American History And Literature : Of The Burning Of Our House, By Anne Bradstreet

1160 Words Oct 10th, 2016 5 Pages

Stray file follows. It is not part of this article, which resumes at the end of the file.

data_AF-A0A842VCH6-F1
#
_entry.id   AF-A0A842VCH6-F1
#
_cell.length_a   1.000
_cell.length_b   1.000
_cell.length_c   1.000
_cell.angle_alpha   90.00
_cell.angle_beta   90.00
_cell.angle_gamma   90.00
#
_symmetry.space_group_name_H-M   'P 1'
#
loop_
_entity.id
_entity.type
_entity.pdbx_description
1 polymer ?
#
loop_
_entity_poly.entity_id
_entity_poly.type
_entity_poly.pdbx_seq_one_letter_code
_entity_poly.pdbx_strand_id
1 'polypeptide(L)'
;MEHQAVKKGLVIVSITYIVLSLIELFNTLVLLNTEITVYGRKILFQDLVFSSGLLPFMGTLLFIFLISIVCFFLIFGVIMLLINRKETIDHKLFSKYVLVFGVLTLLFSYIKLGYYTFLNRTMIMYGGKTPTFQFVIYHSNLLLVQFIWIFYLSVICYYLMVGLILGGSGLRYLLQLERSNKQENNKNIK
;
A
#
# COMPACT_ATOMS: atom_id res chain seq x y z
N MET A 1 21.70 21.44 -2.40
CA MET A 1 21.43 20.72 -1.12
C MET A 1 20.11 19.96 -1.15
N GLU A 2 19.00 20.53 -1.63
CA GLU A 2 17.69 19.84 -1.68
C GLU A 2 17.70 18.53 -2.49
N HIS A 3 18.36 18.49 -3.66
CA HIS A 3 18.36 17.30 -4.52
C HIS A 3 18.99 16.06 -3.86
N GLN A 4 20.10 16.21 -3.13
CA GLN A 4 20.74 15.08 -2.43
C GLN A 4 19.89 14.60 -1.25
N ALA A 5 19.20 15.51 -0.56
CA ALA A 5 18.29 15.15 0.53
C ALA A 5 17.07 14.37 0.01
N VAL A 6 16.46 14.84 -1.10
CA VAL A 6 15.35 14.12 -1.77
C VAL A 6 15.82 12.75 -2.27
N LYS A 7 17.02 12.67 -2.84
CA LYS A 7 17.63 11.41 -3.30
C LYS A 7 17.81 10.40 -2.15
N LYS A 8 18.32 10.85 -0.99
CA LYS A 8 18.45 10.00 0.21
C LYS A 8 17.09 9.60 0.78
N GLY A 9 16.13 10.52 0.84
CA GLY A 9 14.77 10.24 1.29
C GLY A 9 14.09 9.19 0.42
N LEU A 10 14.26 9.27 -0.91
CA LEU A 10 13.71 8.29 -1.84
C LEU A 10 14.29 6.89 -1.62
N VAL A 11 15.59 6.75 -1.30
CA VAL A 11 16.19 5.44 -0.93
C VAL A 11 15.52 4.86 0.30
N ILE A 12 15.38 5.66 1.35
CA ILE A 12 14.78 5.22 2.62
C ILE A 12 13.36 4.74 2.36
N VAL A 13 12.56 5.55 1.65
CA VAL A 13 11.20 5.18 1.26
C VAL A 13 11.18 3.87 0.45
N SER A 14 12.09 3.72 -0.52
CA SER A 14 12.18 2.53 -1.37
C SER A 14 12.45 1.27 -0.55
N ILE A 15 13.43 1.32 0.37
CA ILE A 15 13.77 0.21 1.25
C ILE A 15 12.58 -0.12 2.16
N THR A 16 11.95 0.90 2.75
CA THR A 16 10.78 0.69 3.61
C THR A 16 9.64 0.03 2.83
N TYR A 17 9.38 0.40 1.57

In the context of early American history and literature, varying cultures held vastly different conceptualizations of home, such as with the Native Americans originally inhabiting lands and with the settlers arriving in colonies, such as with many settlers. However, many of the basic components of these ideas of home remained the same between these different cultures. Tecumseh’s “Speech to the Osages” represents one of the views toward home as possessed by some groups of Native Americans when he depicts the necessity of each of the tribes to join together for protection against many of the colonists continually encroaching upon lands inhabited by tribes at this time. Anne Bradstreet’s poem, “Here Follows Some Verses Upon the Burning of our House, July 10, 1666,” conveys the complicated relationship that many Puritans may have held with their homes; Bradstreet’s speaker depicts of the homes of Puritans represented their social status and enabled them to fulfill their social roles, but Puritan theological doctrine urged individuals not to rely on the physical world or possessions. This rigid dichotomy between the speaker’s religious beliefs stressing reliance only on spiritual concerns and home as being integral to identity within a community repeats itself throughout Bradstreet’s poem. Both Tecumseh’s “Speech to the Osages” and Anne Bradstreet’s “Here Follows Some Verses Upon the Burning of our House, July 10, 1666” depict prominently held perceptions of home during a…

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